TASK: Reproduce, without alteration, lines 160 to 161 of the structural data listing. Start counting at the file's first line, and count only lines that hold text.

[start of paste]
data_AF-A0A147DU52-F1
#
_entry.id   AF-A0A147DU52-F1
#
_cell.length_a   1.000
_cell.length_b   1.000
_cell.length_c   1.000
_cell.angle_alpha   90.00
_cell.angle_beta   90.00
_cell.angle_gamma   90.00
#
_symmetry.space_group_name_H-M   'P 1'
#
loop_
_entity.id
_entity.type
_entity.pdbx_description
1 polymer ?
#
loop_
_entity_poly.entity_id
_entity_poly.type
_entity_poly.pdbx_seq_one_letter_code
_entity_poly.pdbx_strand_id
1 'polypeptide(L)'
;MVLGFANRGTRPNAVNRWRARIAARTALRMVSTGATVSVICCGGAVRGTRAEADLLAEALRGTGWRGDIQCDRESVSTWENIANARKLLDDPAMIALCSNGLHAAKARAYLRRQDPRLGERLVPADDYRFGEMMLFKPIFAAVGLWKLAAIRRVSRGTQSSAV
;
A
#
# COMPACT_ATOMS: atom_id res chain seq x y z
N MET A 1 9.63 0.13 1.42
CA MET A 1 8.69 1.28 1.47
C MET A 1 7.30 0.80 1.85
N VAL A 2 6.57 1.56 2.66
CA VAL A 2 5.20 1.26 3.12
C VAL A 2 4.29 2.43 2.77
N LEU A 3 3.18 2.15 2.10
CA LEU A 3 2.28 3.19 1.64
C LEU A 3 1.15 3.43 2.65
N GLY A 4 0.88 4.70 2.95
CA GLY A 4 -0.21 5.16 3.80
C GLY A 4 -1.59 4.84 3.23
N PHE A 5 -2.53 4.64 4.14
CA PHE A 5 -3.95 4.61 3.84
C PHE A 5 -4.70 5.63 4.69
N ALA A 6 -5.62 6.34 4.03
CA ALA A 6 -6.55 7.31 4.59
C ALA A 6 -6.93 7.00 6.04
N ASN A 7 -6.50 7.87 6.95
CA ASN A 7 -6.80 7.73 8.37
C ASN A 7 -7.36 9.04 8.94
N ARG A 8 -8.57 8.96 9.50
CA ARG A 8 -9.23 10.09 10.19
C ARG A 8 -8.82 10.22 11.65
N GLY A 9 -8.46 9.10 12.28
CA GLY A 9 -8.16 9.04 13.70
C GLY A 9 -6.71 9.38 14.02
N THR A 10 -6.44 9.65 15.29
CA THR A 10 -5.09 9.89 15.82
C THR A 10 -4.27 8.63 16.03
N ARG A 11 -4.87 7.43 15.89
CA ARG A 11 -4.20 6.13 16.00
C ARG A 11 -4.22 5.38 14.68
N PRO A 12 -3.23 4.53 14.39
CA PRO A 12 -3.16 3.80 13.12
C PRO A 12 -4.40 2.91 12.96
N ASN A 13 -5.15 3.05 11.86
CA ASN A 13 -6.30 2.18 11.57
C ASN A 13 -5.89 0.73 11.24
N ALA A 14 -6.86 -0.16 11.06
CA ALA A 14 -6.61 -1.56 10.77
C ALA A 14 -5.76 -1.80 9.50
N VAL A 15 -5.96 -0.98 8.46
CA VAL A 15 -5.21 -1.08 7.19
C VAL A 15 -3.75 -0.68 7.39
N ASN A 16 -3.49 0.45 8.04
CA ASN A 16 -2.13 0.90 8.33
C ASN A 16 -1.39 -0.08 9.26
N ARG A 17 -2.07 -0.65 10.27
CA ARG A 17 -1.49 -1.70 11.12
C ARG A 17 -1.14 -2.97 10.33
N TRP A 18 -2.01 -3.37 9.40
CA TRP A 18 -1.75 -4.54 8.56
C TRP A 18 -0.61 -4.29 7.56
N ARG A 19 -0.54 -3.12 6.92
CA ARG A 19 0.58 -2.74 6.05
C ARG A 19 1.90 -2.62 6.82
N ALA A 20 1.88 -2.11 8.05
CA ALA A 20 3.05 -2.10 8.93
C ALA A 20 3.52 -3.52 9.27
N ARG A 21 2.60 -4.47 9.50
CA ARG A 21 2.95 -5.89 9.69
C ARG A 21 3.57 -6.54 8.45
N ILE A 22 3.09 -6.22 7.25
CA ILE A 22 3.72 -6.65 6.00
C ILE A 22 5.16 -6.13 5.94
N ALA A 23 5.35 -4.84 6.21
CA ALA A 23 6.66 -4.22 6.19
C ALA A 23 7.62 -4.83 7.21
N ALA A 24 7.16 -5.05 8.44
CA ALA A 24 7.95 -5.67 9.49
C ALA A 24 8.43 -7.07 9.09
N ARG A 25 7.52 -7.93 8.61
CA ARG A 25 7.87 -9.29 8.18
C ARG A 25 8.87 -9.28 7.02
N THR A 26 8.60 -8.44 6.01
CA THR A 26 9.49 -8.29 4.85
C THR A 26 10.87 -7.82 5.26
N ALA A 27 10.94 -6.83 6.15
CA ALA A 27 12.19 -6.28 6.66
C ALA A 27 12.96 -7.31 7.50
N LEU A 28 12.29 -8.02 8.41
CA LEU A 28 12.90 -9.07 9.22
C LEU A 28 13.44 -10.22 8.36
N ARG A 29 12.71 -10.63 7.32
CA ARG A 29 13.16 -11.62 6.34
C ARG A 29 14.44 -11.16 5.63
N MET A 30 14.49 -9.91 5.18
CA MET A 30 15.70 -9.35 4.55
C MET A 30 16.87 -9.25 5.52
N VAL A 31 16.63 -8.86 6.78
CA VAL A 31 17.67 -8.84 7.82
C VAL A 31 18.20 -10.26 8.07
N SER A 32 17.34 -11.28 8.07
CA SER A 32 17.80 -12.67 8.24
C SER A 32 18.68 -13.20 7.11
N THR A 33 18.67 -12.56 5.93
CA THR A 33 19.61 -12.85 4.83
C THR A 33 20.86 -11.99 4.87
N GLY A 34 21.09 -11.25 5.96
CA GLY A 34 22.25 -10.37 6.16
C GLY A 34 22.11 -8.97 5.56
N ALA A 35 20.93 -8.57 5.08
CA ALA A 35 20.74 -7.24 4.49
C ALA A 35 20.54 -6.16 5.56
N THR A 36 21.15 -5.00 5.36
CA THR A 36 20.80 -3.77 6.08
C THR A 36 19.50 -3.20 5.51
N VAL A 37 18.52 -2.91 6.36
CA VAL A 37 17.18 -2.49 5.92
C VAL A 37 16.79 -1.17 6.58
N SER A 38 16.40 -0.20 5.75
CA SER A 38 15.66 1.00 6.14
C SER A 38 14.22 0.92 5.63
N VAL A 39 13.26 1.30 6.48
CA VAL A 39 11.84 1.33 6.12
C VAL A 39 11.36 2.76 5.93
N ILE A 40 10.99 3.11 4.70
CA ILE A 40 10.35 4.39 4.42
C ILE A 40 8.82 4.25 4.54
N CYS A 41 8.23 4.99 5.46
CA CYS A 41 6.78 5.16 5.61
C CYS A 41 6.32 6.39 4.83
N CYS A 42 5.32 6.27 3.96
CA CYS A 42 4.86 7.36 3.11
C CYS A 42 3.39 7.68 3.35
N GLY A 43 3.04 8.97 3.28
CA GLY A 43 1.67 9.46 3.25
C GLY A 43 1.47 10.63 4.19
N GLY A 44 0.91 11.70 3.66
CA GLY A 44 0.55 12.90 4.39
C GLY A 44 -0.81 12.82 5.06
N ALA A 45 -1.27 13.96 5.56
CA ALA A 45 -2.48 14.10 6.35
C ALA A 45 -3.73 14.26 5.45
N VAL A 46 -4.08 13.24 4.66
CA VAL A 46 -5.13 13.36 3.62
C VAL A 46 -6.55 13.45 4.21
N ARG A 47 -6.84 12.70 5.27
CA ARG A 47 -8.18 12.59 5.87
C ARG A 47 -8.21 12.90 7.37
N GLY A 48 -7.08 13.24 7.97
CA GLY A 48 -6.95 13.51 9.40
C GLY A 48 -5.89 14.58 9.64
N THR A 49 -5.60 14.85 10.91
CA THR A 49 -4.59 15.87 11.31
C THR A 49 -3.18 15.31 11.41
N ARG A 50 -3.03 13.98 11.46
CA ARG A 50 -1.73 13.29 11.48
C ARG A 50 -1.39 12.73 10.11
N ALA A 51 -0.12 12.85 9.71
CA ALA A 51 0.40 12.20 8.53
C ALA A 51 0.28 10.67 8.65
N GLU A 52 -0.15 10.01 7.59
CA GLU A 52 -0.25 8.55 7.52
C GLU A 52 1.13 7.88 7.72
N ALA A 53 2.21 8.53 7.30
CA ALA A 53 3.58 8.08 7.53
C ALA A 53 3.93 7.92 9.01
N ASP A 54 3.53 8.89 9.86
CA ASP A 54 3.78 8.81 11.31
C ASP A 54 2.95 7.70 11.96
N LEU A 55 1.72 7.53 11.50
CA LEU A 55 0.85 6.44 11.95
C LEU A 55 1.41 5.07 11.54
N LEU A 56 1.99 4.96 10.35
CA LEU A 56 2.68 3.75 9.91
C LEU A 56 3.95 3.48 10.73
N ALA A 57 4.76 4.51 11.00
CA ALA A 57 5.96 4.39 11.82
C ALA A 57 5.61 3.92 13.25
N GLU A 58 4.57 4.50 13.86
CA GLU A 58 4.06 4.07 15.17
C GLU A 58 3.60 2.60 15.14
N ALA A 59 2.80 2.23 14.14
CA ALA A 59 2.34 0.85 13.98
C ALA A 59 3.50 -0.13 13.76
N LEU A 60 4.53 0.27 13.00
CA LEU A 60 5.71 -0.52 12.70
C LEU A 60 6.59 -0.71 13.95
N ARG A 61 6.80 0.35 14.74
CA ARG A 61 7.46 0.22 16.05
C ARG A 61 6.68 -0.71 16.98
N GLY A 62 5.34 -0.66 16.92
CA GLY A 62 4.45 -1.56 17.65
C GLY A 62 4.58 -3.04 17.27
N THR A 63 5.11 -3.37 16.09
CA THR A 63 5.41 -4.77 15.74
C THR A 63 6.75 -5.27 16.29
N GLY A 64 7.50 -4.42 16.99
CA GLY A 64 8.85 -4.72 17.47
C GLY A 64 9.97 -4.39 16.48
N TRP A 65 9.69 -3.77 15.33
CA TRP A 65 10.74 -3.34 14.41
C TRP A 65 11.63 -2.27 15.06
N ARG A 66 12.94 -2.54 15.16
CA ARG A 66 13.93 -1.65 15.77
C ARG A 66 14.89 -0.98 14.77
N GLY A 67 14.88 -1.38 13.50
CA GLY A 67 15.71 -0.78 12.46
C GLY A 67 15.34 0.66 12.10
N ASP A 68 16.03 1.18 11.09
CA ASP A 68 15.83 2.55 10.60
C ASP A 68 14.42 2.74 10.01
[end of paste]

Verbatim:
N GLY A 44 0.91 11.70 3.66
CA GLY A 44 0.55 12.90 4.39